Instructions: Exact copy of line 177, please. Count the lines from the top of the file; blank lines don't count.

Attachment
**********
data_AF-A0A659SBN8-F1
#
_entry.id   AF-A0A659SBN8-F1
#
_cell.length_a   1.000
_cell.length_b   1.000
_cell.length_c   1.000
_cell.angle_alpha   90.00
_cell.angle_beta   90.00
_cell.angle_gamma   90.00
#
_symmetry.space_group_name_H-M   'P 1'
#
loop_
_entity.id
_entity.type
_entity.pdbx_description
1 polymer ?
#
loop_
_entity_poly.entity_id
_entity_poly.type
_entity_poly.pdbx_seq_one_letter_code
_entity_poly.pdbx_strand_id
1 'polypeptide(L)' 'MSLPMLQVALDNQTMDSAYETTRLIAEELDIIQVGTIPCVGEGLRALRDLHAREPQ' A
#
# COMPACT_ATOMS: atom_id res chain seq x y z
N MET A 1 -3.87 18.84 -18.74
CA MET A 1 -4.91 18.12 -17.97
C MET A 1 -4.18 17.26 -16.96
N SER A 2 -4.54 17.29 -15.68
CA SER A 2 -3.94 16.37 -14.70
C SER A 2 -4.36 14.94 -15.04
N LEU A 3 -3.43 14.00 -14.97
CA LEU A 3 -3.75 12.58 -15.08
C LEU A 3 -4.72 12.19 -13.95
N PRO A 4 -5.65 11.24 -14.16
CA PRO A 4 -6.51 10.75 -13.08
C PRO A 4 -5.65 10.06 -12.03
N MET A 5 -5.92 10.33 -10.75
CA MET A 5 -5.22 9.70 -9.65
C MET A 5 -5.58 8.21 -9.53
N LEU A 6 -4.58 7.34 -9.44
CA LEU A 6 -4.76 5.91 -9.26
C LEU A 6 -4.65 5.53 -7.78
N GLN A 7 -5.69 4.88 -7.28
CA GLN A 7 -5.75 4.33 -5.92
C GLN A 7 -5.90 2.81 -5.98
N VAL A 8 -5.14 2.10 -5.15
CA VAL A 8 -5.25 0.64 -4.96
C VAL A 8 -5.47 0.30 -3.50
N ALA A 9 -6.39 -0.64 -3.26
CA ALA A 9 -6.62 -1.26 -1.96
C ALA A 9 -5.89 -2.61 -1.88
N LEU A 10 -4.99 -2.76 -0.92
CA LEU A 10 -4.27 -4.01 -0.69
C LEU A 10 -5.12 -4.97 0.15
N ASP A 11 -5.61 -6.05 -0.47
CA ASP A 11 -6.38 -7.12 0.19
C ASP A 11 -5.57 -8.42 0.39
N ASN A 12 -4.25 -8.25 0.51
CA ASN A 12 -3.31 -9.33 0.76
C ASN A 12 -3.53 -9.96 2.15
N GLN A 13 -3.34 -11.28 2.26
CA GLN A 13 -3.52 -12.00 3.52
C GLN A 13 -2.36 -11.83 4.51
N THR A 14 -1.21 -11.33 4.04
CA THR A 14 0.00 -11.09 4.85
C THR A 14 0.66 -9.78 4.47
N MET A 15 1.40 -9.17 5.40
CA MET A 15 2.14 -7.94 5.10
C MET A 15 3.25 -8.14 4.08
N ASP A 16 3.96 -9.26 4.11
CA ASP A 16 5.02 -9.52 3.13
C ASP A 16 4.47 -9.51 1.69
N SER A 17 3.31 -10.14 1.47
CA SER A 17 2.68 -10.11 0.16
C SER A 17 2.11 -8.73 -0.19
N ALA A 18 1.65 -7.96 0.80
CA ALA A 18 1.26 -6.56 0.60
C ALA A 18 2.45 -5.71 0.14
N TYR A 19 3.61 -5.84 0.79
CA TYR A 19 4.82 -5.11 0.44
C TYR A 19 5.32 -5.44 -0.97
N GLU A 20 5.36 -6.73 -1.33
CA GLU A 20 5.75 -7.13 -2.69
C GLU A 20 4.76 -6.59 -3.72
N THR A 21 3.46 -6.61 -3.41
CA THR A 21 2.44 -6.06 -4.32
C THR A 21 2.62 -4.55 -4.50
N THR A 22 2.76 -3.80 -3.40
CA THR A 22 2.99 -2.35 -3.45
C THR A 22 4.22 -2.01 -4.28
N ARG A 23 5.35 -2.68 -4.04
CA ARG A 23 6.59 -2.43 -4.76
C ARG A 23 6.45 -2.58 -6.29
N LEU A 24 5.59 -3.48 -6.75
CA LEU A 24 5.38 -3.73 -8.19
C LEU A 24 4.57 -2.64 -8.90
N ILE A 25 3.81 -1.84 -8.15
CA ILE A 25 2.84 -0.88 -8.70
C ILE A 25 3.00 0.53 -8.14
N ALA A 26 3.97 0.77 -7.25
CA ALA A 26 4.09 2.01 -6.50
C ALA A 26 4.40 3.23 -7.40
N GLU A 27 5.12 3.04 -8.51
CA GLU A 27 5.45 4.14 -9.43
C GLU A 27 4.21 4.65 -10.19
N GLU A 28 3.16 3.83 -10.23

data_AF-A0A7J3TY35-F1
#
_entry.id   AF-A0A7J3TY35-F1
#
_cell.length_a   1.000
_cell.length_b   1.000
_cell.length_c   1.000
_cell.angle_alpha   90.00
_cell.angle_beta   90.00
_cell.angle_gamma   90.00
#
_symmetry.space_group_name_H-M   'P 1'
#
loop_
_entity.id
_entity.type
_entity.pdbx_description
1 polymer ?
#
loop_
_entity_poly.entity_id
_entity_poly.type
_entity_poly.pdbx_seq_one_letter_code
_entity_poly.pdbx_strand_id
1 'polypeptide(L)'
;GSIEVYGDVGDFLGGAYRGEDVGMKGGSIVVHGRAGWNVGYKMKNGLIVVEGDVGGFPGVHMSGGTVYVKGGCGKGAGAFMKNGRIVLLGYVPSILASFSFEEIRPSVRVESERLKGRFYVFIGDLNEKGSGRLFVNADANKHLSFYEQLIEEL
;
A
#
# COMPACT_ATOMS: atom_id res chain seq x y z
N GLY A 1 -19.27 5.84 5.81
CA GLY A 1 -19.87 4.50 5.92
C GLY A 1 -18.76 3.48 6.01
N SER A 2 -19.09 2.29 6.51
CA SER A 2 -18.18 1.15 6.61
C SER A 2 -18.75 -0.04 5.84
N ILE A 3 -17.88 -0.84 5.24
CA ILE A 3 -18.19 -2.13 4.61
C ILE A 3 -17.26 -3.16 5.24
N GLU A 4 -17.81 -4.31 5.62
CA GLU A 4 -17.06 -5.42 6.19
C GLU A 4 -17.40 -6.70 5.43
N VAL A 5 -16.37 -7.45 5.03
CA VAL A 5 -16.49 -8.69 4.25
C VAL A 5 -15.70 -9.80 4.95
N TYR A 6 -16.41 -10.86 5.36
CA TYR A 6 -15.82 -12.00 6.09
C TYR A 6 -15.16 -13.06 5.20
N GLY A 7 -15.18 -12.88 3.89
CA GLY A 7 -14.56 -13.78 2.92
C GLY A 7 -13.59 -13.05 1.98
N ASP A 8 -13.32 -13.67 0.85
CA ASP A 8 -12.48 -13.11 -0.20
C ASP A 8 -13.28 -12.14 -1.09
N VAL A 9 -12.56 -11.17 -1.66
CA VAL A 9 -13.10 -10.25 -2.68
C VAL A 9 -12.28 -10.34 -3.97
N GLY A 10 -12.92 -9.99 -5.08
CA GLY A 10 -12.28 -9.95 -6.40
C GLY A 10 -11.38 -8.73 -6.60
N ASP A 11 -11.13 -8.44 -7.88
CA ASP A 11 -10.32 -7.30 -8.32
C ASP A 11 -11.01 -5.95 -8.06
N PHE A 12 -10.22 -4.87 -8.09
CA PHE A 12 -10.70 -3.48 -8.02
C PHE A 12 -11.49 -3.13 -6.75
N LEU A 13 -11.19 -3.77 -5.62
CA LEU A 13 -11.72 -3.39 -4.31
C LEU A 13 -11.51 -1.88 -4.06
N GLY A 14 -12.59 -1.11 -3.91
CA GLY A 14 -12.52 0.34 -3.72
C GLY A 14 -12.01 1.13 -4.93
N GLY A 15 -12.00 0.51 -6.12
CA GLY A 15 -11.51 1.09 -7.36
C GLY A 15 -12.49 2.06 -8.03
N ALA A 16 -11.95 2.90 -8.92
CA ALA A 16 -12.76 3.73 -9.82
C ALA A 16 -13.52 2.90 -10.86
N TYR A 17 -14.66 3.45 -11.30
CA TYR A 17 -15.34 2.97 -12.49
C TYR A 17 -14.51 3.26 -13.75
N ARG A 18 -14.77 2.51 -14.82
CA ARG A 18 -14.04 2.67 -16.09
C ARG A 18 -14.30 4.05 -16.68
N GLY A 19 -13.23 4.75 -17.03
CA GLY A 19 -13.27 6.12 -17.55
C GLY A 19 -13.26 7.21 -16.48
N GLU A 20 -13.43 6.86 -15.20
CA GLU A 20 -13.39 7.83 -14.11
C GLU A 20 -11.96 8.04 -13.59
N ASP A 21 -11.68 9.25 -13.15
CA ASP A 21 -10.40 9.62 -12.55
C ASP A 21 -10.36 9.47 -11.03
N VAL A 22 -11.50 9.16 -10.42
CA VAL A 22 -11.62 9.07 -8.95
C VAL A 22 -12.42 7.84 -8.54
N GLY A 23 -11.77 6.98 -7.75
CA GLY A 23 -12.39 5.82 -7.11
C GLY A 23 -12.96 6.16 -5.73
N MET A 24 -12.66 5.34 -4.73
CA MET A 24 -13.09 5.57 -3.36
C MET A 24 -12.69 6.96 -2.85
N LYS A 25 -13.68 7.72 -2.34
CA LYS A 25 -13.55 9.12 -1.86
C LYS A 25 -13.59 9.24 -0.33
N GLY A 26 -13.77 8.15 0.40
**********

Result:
CA LEU A 13 -11.72 -3.39 -4.31